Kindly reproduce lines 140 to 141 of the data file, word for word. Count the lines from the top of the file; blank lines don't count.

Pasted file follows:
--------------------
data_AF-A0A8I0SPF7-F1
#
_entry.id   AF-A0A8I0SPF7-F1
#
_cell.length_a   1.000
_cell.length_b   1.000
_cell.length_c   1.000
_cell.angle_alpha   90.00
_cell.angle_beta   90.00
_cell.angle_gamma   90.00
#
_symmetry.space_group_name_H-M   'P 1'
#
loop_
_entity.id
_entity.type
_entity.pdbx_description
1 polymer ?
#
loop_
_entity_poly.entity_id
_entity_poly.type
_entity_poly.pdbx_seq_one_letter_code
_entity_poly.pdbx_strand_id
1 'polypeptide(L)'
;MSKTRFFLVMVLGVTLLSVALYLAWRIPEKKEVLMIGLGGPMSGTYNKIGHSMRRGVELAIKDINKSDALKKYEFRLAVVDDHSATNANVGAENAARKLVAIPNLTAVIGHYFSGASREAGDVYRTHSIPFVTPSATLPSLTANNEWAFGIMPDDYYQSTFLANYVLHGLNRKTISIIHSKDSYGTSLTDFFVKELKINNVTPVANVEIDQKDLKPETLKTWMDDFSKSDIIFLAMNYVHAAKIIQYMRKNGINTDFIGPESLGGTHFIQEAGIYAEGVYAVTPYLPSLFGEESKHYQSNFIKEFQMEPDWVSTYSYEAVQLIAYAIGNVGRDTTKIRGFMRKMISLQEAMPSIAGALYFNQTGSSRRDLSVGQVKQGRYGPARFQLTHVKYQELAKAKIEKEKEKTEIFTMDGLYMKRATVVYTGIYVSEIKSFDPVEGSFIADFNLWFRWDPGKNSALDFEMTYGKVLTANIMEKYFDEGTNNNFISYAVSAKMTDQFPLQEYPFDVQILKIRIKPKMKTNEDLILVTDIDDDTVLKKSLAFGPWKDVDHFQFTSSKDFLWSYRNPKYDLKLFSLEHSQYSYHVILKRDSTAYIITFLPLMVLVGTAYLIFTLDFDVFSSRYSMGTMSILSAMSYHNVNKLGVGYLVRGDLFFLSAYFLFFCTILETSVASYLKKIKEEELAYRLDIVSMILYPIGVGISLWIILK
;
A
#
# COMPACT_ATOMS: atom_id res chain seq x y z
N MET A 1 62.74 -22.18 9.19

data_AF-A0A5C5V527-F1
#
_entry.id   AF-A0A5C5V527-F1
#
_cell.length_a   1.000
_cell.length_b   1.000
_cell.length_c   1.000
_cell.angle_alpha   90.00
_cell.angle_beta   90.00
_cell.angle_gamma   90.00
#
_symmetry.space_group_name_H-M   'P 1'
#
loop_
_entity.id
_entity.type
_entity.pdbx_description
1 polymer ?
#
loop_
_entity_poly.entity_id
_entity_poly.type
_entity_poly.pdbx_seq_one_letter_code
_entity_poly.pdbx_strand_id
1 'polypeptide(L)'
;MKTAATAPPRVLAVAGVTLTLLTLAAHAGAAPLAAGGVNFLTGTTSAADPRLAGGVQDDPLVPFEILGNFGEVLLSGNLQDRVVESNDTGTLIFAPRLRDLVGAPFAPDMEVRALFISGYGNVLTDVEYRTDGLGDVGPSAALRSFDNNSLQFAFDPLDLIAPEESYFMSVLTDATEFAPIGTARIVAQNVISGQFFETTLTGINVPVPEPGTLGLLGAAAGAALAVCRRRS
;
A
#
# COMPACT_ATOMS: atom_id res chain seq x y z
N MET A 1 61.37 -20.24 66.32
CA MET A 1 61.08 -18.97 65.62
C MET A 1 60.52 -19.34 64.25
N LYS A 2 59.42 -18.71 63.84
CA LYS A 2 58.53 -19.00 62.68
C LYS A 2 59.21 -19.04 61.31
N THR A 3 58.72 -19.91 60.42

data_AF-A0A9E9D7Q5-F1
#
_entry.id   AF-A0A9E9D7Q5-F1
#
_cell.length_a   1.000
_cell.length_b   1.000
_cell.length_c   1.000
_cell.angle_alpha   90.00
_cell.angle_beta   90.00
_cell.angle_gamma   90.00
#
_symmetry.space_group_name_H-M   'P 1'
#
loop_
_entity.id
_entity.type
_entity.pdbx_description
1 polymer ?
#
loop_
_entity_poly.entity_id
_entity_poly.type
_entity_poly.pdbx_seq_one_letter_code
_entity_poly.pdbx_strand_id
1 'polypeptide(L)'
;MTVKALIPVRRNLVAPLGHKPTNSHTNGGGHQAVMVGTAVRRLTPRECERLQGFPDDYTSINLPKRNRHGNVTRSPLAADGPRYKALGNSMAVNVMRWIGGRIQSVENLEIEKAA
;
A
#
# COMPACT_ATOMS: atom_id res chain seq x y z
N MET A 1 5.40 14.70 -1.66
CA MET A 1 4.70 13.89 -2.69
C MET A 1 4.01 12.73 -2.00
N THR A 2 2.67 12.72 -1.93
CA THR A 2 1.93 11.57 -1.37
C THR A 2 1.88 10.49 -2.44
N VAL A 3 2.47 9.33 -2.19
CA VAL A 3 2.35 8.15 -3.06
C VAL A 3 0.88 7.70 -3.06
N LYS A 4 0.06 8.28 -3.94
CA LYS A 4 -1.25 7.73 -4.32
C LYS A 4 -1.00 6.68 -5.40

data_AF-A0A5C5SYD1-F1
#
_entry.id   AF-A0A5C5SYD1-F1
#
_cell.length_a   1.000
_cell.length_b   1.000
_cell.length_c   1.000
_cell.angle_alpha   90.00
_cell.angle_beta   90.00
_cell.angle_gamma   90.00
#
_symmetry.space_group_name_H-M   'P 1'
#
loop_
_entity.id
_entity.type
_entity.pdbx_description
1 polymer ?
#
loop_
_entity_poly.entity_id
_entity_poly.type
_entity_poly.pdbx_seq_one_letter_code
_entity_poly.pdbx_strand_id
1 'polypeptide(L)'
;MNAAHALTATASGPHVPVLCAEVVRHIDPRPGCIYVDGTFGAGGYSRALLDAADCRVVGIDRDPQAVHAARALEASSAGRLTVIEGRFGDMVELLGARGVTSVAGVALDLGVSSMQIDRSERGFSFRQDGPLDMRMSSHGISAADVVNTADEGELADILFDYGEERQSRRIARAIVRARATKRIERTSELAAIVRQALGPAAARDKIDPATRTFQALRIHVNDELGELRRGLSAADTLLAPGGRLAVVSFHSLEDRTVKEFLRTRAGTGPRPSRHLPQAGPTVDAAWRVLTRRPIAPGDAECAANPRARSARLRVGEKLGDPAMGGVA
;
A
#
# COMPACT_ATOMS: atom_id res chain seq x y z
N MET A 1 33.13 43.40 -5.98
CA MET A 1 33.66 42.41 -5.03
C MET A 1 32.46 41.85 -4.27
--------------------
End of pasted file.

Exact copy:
# COMPACT_ATOMS: atom_id res chain seq x y z
N MET A 1 33.13 43.40 -5.98